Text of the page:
Genome Structure

Messing, J, Llaca V.  1998.  Importance of anchor genomes for any plant genome project. Proceedings of the National Academy of Sciences of the United States of America. 95:2017-20. AbstractWebsite
Progress in agricultural and environmental technologies is hampered by a slower rate of gene discovery in plants than animals. The vast pool of genes in plants, however, will be an important resource for insertion of genes, via biotechnological procedures, into an array of plants, generating unique germ plasms not achievable by conventional breeding. It just became clear that genomes of grasses have evolved in a manner analogous to Lego blocks. Large chromosome segments have been reshuffled and stuffer pieces added between genes. Although some genomes have become very large, the genome with the fewest stuffer pieces, the rice genome, is the Rosetta Stone of all the bigger grass genomes. This means that sequencing the rice genome as anchor genome of the grasses will provide instantaneous access to the same genes in the same relative physical position in other grasses (e.g., corn and wheat), without the need to sequence each of these genomes independently. (i) The sequencing of the entire genome of rice as anchor genome for the grasses will accelerate plant gene discovery in many important crops (e.g., corn, wheat, and rice) by several orders of magnitudes and reduce research and development costs for government and industry at a faster pace. (ii) Costs for sequencing entire genomes have come down significantly. Because of its size, rice is only 12% of the human or the corn genome, and technology improvements by the human genome project are completely transferable, translating in another 50% reduction of the costs. (iii) The physical mapping of the rice genome by a group of Japanese researchers provides a jump start for sequencing the genome and forming an international consortium. Otherwise, other countries would do it alone and own proprietary positions.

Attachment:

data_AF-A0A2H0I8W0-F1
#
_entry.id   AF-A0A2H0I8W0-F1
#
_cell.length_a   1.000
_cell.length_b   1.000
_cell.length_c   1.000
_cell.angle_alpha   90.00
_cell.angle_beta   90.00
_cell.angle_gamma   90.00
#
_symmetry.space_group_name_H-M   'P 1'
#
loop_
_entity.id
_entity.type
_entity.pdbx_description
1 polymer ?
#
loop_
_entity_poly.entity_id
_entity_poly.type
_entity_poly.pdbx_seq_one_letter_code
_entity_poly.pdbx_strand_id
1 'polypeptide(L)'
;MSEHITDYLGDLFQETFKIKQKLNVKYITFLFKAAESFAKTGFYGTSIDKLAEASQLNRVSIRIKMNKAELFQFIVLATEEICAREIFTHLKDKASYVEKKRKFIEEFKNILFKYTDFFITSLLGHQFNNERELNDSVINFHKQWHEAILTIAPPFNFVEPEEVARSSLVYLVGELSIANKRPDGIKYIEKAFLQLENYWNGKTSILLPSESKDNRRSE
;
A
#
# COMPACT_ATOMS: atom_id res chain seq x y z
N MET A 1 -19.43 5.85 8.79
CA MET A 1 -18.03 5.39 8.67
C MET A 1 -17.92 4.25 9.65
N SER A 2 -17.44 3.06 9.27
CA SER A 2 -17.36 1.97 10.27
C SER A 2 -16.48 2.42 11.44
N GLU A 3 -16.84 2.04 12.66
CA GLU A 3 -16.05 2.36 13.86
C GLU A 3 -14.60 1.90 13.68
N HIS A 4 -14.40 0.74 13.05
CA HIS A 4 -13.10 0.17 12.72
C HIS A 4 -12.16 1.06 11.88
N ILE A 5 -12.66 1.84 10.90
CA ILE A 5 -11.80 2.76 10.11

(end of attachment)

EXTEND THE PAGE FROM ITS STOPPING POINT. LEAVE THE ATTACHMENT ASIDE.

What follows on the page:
Llaca, V, Messing J.  1998.  Amplicons of maize zein genes are conserved within genic but expanded and constricted in intergenic regions. The Plant journal : for cell and molecular biology. 15:211-20. AbstractWebsite
The 78,101 base pair long sequence of a cluster of 22-kDa alpha zein genes in the maize inbred BSSS53 was determined. Each zein gene is contained within a repeat unit that varies in length. If such a repeat, or amplicon, is aligned along the entire sequence, a 10.5-fold sequence amplification is delineated. Because of insertions and deletions in intergenic regions, many of the zein genes are spaced over different distances. Only three out of 10 zein-related sequences have an intact open reading frame, indicating an unusual large number of genes unable to contribute to the accumulation of normal-size 22-kDa zein proteins. It is proposed that the seven remaining zein-related sequences be considered gene reserves because of their potential to be restored by gene conversion. Intergenic insertions in the cluster range from 1098 to 14,896 base pairs. Although they are composed of transposable element sequences, they also contain additional open reading frames, two of them showing homology to rice cDNA sequences. The average amplicon is 4423 base pairs long, with the sequence surrounding each zein gene more than 90% conserved. Coincidently, the size of the amplicon is equivalent to the average gene density (one gene within 4640 bp) in the Arabidopsis thaliana genome, one of the smallest in plants. Successive steps of amplification and insertion of DNA might explain to a certain degree how genome size variation has been generated in plants.